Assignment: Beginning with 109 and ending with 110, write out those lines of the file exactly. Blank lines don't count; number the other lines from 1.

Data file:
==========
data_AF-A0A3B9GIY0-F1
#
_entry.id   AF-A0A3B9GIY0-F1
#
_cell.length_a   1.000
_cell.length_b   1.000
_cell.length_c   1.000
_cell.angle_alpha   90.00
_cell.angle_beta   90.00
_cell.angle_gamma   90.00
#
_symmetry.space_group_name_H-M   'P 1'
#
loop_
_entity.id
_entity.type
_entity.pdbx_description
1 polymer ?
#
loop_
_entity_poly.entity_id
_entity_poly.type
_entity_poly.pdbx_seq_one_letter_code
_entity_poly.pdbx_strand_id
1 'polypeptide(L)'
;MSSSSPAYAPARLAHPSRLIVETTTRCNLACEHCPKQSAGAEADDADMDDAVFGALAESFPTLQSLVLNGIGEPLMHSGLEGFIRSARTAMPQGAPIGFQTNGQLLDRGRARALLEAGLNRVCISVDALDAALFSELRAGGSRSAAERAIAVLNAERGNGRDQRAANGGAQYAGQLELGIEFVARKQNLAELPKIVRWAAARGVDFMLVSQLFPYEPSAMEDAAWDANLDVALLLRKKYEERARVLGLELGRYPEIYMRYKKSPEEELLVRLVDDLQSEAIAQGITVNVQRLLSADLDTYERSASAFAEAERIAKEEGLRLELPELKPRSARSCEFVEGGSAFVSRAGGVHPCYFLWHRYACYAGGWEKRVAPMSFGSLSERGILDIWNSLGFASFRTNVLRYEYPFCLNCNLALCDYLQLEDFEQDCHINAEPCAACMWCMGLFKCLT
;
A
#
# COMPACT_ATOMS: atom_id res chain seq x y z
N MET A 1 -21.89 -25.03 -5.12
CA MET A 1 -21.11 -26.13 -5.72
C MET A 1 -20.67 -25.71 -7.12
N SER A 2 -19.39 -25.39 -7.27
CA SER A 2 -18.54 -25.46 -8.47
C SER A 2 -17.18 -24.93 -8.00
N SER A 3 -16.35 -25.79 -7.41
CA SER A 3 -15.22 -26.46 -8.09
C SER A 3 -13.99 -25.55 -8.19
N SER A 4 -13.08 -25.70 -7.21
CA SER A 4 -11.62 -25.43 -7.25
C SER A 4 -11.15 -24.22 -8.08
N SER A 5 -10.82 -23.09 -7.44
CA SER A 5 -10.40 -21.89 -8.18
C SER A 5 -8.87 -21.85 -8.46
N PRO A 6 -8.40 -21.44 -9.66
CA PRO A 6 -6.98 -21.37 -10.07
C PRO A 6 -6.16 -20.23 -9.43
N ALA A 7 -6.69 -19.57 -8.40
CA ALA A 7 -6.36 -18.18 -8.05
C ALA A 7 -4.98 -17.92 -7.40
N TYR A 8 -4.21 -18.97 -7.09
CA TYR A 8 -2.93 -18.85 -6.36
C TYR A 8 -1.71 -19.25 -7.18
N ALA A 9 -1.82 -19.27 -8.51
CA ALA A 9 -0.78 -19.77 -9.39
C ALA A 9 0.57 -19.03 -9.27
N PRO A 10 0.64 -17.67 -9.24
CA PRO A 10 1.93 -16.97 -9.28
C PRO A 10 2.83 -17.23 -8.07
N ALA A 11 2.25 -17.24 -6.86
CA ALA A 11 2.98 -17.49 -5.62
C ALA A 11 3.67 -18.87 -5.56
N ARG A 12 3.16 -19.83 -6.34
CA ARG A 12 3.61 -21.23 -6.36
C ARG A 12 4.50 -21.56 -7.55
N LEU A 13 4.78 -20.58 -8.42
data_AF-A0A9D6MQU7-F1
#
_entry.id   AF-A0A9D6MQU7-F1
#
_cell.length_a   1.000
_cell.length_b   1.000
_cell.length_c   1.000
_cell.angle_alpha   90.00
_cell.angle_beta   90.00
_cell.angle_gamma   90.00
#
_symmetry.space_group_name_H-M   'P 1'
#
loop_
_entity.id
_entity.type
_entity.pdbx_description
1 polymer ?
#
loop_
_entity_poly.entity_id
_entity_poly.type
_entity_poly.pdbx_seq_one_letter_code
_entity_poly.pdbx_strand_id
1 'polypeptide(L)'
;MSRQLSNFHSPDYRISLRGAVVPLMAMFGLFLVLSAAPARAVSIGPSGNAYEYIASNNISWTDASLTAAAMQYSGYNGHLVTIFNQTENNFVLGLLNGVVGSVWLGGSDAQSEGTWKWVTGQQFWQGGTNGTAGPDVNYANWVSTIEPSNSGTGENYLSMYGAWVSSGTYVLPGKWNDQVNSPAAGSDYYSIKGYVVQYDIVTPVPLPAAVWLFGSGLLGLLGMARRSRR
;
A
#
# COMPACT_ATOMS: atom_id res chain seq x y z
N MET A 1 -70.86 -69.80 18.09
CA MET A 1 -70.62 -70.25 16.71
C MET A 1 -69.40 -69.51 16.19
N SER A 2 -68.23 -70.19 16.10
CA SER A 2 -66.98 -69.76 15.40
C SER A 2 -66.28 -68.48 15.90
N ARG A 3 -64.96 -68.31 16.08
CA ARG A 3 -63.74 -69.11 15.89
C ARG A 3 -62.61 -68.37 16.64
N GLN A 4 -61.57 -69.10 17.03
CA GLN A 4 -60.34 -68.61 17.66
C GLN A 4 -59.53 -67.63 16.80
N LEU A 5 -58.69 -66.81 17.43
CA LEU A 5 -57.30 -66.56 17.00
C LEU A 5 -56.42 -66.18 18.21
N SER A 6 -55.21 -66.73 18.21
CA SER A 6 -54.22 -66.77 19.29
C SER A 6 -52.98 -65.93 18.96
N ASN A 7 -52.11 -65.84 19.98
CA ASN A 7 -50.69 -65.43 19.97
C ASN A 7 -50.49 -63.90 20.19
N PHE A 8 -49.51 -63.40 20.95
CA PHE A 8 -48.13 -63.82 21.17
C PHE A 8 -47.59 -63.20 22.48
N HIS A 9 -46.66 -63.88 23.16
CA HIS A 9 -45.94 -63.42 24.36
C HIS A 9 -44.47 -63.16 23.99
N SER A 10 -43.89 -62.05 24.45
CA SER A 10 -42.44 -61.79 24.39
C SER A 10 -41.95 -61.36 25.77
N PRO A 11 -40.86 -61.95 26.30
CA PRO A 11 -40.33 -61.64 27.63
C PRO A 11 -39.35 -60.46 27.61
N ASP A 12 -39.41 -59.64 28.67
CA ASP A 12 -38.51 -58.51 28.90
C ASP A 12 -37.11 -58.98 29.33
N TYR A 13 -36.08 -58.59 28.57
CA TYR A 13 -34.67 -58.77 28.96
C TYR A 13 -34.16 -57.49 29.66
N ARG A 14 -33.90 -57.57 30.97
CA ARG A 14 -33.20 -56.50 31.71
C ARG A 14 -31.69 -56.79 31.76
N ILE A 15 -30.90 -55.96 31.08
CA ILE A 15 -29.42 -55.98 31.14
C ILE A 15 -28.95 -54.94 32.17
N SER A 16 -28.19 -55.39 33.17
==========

C GLN A 4 -59.53 -67.63 16.80
N LEU A 5 -58.69 -66.81 17.43